Just thought I'd share this tid-bit of knowledge with everyone. There are no shortages of smart people here, and certainly many different ways to write a SQL query against "current records", or against hubs+Satellites, Links+Satellites, etc.. So here are a few tips for performance tuning & testing your SQL along the way:
- Know that your SQL will behave differently on different platforms, AND on different versions of those platforms. Optimizers can and do change even across versions.
- Know that if your statistics are out of date (or never been calculated), your optimizers, your plans, your queries can appear slow.
- That if you update or create statistics in Development, that those stats, may never have been calculated or updated in production or even test/QA environments
- That you should concern yourself with Logical Reads NEVER Physical reads. Why? Because logical reads tell you: IF the DBMS had to go to disk, how many times it would have gone to disk. If you can "reduce" the logical read count, you can almost always improve performance.
- Scan counts are important as well
- Elapsed Time (NOT CPU time) is important. CPU time will measure how long the CPU was active executing tasks, which is nice, but it adds those timings together for multi-core, which can give you "longer than elapsed" execution times, leaving you to scratch your head (its because the CPU executes in parallel, but the "time measurement" is additive as if the CPU executed in Sequential order). Elapsed time is more critical
- Remember: to "truly" test what's in production for performance, the rule of thumb is: 25% of the size of the production system, BUT to replicate EXACTLY all the partitioning, parallel settings, indexing, and disk layout. This rarely (if ever) happens properly in environments I've seen. 50% of the size of production should be volume tested in QA / Test environments (for accurate extrapolations), and if the "curve of performance" doesn't fit - from Development to Production sizing, then either your math is wrong, your environment doesn't match, or your setup is incorrect.
When testing in Development SQL against A DV for performance remember the following:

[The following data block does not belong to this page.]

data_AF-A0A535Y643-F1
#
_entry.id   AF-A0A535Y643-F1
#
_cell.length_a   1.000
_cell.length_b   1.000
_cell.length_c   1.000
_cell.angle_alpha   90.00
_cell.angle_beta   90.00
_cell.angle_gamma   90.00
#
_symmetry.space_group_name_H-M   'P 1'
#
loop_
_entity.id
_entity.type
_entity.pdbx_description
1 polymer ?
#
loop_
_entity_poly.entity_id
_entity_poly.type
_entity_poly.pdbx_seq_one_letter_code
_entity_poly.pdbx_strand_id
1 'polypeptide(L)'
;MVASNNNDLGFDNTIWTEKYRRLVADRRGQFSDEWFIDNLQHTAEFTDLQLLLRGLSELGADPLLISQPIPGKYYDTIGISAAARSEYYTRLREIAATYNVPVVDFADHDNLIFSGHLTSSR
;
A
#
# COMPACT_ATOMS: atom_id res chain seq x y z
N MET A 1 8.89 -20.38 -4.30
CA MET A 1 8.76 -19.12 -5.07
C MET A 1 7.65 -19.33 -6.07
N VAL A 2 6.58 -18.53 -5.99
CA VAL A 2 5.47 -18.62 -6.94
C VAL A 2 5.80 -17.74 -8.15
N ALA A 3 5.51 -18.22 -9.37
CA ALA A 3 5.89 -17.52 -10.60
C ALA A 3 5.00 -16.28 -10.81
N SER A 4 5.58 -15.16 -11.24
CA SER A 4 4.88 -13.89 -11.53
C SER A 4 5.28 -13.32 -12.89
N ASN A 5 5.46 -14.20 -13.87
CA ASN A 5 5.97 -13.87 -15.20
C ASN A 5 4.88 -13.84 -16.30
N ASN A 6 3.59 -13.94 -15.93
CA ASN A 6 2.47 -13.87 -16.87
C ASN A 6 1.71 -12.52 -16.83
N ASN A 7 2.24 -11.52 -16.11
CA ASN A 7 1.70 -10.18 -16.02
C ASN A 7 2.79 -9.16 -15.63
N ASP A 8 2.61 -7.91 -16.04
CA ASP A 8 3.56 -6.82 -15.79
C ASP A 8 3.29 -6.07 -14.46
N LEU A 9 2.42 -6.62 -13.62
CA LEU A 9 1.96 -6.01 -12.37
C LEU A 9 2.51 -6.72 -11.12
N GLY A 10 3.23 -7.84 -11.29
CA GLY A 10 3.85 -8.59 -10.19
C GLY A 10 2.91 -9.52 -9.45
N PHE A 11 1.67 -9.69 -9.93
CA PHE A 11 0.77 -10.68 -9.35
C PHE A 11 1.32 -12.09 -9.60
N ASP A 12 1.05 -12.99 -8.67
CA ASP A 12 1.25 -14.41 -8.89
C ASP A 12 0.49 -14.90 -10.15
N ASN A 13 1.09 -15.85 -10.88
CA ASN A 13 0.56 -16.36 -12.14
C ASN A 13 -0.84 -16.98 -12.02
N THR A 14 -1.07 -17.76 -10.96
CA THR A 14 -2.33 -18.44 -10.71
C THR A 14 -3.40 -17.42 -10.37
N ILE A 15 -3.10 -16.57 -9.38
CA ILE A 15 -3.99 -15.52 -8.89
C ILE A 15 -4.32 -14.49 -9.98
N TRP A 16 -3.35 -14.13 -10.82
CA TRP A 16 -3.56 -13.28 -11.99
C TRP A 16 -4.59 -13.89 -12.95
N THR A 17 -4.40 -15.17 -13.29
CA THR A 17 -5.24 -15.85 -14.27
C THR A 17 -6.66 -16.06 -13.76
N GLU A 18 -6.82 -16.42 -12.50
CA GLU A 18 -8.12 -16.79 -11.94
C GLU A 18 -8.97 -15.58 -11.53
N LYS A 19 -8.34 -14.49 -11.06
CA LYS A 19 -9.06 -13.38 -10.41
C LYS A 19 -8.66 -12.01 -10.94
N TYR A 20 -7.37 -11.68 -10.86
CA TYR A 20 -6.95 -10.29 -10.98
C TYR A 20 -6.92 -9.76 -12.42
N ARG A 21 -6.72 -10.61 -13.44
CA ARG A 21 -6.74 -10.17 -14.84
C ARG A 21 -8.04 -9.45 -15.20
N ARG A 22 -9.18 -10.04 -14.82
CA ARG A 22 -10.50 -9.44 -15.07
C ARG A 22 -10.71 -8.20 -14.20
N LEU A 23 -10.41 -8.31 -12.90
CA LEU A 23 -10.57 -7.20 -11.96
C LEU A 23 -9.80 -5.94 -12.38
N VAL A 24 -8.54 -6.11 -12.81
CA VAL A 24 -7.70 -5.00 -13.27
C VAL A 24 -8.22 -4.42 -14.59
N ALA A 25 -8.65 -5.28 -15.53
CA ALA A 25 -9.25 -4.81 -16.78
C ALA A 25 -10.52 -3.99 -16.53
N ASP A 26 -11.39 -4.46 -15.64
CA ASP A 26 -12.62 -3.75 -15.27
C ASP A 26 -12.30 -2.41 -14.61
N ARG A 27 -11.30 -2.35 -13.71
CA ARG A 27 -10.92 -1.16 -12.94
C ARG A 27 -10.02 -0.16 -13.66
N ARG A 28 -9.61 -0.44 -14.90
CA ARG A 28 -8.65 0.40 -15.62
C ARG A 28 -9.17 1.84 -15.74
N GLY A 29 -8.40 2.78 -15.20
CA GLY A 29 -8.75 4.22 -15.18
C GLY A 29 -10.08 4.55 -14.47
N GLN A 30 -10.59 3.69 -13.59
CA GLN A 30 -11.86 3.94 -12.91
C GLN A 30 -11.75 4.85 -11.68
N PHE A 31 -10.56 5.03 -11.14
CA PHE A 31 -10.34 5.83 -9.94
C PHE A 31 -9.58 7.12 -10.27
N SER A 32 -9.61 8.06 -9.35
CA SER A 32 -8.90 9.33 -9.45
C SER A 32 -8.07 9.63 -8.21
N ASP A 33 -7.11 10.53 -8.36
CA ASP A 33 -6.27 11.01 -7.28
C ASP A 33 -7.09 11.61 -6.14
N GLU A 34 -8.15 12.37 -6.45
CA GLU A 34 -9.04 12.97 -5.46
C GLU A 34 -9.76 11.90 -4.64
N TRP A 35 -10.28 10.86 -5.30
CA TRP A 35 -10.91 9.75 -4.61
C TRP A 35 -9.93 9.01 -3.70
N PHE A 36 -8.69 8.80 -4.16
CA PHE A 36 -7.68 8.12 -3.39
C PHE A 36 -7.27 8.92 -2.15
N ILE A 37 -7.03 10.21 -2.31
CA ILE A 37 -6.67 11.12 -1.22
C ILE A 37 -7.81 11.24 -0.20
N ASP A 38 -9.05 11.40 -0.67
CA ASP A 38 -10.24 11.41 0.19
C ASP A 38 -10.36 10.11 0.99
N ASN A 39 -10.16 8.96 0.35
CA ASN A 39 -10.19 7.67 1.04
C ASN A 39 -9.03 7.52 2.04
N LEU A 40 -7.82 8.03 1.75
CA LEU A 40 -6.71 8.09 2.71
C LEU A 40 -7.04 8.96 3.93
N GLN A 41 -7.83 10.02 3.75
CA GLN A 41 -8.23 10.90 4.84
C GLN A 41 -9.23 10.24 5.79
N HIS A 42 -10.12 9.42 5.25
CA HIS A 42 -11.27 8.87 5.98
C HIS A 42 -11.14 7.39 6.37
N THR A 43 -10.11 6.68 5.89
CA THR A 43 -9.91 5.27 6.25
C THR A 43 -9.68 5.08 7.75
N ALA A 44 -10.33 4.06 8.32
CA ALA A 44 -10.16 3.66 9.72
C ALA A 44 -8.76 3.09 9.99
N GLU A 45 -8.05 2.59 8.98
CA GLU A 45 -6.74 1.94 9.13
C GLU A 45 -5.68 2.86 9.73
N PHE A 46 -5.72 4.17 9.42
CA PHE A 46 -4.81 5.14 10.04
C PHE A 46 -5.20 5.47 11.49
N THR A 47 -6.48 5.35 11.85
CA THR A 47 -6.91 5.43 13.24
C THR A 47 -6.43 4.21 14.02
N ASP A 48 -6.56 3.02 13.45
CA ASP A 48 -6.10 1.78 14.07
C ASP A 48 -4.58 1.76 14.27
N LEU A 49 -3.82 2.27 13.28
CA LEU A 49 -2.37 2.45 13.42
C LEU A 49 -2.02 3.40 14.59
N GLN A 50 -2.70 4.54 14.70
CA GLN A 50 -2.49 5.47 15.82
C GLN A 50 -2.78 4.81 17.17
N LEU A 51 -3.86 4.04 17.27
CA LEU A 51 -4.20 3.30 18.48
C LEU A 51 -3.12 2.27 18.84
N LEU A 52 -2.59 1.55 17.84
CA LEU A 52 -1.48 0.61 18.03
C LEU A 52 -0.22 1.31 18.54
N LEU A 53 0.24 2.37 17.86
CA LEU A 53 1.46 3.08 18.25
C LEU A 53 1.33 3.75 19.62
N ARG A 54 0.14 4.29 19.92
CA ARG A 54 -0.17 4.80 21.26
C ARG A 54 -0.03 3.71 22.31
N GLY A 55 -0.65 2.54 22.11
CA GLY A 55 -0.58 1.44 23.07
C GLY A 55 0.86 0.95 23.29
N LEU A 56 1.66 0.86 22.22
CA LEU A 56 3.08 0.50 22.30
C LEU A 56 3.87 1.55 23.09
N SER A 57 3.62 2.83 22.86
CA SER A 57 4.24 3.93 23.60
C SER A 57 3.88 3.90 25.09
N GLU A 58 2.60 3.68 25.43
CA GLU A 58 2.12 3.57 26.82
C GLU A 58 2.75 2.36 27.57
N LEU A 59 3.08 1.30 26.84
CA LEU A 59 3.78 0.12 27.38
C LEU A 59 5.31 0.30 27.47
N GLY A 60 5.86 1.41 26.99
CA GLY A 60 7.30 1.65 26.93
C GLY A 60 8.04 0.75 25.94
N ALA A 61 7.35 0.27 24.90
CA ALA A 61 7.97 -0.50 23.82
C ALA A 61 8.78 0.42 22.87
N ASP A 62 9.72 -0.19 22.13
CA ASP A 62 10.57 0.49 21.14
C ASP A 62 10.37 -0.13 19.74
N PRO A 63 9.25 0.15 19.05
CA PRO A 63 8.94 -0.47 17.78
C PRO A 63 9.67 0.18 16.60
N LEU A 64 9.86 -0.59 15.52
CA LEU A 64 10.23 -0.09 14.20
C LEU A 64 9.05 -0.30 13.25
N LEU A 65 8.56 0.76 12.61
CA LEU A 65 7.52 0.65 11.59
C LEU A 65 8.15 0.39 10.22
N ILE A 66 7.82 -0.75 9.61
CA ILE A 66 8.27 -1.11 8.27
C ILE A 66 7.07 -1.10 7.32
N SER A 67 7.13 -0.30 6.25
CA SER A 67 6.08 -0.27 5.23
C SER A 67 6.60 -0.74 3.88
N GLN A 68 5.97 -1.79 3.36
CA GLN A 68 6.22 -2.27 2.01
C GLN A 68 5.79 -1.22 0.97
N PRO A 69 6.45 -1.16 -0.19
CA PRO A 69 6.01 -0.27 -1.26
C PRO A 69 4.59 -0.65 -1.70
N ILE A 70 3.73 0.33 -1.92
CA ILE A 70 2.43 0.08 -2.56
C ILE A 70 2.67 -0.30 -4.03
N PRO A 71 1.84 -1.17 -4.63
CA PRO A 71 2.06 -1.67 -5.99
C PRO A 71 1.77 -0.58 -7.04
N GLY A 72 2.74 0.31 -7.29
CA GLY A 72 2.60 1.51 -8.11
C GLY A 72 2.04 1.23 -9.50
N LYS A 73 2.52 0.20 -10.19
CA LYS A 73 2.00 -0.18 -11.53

- Please test with a minimum of 5 million records in EACH Satellite, and a minimum of 3 million hub keys. I personally would recommend 100 million in each Satellite, followed by 25 million hub keys (generated data sets are OK for performance testing). I would suggest 75 million minimum in each link you wish to join to.
- Make sure there are at least 2 deltas / changed records assigned to 80% of hub keys.
- Run your query at least 7 times consecutively, and measure the average over 7 runs.
- NEVER EVER simply run a "select count(*)" for performance tuning, this is possibly the worst you can do, because the data blocks might never be hit. Instead, run a full select of all the columns you hope to access (a Select *) across all tables will give you "worst case scenario" - which can only lead to better performance
- Don't assume that tuning a single join to a single Satellite will give you the performance you are expecting once you combine that query with others against other Satellites.
- Try to write a single view against all raw Data Vault objects you want to access. "Stacking" views in Oracle and SQLServer will have unintended and sometimes undesired negative performance impacts when run against volume.
- TRY to learn & use WITH statements (CTE's / OLAP functions - instead of nested sub queries), because most optimizers will write better plans this way. Again, this depends on the platform you implement on.
- NEVER EVER EVER CLUSTER YOUR HASH KEYS!!! This will lead to many many problems with load performance, as well as performance lock ups to real-time streaming feeds. Clustering (which is ON BY DEFAULT on SQLServer - and needs to be explicitly SHUT OFF), will force every single inserted row to "move physical data from one disk block to another" as data is inserted (bulk or not).
- SET YOUR LOGGING TO BULK LOGGING for EVERY database (stage, raw DV, Business DV, Mart layers) (for SQLServer) to avoid index locking, and unnecessary I/O (logging I/O) during mass insert cycles. In Oracle set your logging to minimal as possible.
- DO NOT under any circumstances SWITCH the order of your Satellite Primary Keys - you may think that putting the load-date first would help performance. It doesn't., in fact its the opposite. It kills the hash merge joins that COULD happen and replaces them with Nested Loops.
- Work your SQL Plans from the driving table (smallest table) to the Largest table, by adding joins to your query as you build it. WATCH your Cartesian products, try to reduce the data sets appropriately before joining additional data.
- YOU MAY: need to add extra Unique NON CLUSTERED indexes to your Satellites to include any attributes commonly referenced in queries (that build PITS / Bridges) downstream.
- YOU MAY: need to partition your Satellites by time (most common).
There are about 100+ more tips, this is just the tip of the iceberg... You could actually pay attention to all of these tips, OR you could simply move to SnowflakeDB and forget about all of this (because you don't have to worry about it).